To give an example of the kinds of topics that we cover on one purely online course I teach, called “Fundamentals of Project Management” you can take a look at this PDF file which outlines the course.  This, as it says on the tin, is very much the fundamentals of the subject. There are obviously areas in which one can much deeper (we don’t cover budgeting in much depth on that course for example).

So those are the skills and abilities which a project management course needs to be able to offer.  Tomorrow I’ll conclude this mini-series with the ways in which I have tried to adapt face to face training in project management to online training (as in the course linked to above).


My TV debut

I was on live TV this morning at Harrogate IATEFL, and now my performance is available in recorded form. Talking about the Leadership and Management SIG, challenges for new managers, and professional development

What is the IDLTM?

Over the course of the last two weeks in Barcelona, I´ve been training on the IDLTM.  But, what is the IDLTM?  Other than being an extremely cumbersome acronym, that is.

[Disclaimer:  I´m about to explain what the course and certificate are.  While I do not directly profit from the success of the course, as one of the regular trainers on the course, I do have a vested interest in it being successful.  I was also one of the team that developed the curriculum, so I am quite personally attached to it, too.]

The International Diploma in Language Teaching Management is a course and qualification for managers of language teaching organisations.  The three organisations behind the course/certificate are Cambridge ESOL (like CELTA, DELTA etc), the University of Queensland, and the School for International Training (USA).  All three organisations are well known for their work in ELT and so the diploma itself is widely recognised, and very globally portable.  In addition the IDLTM is the sole  ELT management qualification recommended by NEAS (the Australian language teaching accreditation body).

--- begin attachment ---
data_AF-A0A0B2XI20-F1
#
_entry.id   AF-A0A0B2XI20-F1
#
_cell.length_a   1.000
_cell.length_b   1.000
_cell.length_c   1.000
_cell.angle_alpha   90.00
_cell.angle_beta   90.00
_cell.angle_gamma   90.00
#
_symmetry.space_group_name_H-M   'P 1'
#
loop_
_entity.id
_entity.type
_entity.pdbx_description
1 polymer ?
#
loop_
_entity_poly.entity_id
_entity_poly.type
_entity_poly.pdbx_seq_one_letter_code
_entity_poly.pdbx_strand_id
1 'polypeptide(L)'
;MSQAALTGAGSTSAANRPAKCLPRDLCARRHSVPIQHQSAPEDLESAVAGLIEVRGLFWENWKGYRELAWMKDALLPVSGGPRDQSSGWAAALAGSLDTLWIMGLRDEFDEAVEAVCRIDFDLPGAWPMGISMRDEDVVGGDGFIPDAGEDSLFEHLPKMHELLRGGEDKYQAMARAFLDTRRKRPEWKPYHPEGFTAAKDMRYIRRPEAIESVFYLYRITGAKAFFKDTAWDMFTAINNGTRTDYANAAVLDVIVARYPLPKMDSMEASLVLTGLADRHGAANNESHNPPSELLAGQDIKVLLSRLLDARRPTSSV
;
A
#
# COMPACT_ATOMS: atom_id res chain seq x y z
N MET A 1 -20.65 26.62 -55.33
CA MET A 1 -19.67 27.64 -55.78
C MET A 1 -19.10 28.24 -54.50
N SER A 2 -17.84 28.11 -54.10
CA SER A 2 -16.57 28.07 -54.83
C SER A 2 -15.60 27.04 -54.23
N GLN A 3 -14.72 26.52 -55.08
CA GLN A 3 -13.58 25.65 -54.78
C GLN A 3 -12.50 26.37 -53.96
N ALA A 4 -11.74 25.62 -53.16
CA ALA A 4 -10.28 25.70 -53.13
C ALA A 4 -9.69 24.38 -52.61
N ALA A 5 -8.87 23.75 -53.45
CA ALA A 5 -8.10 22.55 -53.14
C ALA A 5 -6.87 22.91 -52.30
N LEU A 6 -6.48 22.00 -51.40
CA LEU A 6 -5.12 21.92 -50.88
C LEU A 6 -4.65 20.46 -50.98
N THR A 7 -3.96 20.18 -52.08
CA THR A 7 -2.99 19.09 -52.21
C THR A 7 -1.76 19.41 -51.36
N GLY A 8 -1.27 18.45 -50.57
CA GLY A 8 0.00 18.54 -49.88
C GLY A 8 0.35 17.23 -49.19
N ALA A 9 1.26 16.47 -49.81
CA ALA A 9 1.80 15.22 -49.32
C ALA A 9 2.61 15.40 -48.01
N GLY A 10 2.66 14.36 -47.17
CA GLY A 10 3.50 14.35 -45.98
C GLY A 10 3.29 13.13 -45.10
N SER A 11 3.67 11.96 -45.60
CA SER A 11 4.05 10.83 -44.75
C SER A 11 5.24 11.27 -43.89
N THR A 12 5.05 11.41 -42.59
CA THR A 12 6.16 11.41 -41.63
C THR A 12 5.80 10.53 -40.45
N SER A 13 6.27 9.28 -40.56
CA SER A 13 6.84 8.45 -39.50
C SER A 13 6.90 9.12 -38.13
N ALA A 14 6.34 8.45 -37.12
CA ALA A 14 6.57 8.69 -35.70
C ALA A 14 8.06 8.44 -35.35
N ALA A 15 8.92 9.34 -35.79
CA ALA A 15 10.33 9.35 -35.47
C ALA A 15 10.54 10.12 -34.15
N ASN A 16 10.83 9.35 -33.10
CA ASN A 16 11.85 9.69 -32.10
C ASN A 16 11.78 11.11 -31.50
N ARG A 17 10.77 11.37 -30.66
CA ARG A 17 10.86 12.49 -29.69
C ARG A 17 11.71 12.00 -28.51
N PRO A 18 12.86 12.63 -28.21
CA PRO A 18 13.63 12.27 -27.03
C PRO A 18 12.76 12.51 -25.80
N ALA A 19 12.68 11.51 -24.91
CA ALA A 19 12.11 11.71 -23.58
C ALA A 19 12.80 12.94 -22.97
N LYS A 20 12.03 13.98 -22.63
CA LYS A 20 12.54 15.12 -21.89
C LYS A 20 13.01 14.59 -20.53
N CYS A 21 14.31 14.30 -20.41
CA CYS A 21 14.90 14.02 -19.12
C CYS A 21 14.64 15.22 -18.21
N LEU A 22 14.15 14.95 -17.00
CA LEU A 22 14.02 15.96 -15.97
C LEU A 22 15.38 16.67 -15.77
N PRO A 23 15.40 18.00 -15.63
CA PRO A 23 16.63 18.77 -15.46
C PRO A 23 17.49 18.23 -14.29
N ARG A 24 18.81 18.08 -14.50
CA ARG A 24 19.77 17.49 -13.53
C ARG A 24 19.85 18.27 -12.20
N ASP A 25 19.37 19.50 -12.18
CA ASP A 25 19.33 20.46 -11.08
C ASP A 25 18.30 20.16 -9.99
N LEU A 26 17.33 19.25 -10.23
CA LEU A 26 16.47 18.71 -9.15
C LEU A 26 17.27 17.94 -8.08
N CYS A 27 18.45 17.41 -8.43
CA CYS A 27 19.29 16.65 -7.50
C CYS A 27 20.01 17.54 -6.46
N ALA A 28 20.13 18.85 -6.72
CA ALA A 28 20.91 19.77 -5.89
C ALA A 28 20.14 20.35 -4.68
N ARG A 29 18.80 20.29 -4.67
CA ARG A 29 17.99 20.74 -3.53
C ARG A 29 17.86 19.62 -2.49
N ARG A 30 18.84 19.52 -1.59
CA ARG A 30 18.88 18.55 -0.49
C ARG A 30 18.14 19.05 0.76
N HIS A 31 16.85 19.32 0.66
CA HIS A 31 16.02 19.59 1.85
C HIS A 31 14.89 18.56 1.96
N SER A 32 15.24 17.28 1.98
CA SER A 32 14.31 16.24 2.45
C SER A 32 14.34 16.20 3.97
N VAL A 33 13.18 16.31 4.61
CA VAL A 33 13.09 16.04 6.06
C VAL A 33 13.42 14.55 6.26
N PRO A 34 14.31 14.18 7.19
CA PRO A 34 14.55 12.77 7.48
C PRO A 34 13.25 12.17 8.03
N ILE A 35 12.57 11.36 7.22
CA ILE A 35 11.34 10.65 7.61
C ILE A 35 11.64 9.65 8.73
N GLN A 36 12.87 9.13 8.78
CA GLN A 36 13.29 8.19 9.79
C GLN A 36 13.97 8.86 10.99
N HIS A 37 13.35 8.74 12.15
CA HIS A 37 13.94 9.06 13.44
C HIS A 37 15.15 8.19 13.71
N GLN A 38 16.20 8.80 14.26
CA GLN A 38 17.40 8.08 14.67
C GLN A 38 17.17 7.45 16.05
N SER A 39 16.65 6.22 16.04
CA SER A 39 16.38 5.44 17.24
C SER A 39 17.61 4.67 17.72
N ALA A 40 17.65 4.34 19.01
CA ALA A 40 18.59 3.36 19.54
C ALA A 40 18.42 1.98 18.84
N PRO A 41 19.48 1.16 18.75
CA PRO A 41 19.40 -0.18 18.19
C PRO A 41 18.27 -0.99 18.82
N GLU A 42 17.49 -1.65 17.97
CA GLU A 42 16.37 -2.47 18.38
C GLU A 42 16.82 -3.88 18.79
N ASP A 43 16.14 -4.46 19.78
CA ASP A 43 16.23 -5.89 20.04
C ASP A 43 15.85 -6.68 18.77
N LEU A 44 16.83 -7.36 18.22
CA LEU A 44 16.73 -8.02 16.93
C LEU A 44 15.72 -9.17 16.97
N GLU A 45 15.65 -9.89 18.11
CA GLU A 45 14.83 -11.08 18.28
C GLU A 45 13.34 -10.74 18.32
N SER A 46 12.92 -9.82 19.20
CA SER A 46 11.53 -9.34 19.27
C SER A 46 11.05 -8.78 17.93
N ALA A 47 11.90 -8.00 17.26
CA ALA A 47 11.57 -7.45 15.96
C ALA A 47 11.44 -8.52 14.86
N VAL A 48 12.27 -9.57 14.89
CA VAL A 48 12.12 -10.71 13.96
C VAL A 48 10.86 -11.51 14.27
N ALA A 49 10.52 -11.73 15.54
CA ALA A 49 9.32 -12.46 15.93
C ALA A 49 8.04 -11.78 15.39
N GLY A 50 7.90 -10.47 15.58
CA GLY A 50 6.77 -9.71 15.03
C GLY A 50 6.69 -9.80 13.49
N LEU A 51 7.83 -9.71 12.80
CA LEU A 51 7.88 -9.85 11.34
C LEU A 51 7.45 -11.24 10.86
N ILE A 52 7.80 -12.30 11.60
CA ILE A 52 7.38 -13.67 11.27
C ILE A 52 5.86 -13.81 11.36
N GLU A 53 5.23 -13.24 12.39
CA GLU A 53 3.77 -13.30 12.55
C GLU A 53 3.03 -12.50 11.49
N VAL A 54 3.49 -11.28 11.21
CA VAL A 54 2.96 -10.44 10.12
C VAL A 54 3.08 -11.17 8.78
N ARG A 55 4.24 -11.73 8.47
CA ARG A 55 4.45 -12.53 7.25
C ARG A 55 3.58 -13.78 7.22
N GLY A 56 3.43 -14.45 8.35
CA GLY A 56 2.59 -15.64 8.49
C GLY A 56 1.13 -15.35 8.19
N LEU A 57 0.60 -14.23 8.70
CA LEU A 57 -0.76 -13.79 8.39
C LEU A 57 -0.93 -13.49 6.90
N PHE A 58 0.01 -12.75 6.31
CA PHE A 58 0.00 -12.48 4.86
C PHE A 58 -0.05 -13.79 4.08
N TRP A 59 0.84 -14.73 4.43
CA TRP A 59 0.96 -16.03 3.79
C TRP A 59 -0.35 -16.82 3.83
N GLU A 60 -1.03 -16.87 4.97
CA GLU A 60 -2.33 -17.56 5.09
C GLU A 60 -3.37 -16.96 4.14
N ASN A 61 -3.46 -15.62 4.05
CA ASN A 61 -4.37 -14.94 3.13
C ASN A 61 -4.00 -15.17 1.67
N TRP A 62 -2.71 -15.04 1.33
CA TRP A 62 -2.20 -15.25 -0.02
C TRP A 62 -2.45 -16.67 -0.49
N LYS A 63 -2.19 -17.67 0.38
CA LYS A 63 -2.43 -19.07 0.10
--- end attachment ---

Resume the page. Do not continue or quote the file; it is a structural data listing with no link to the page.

Content and delivery

The course covers 8 modules: Managing Organisations; Human Resource Management; Managing Financial Resources; Marketing; Customer and Client Services; Project Management; Managing Change; and Academic Management, all of which are specifically tailored to the language teaching organisation context. [A full syllabus can found in this PDF document]

It is a blended learning course involving (usually) 2 weeks face to face at the beginning, in which typically all the 8 modules are begun.  Subsequently, in a 7-8 month period, the modules are extended and gone into in greater depth in an online format.  This is also the period in which the assessment takes place.  Assessment is by way of an assignment for each module, which are designed, as much as possible, to be practical tasks which are (it is hoped) of value to the person taking the course (and his/her organisation), as well as being an assessment tool for the diploma itself.  To give an example, the marketing assignment is to create a marketing plan for a new course, while the financial management assignment involves creating a fully costed proposal for some development of the organisation.

The course is designed to be at a post-graduate level, and indeed within the University of Queensland system, it can be applied towards their MA in Educational Leadership degree (it counts as 1/3 of that MA).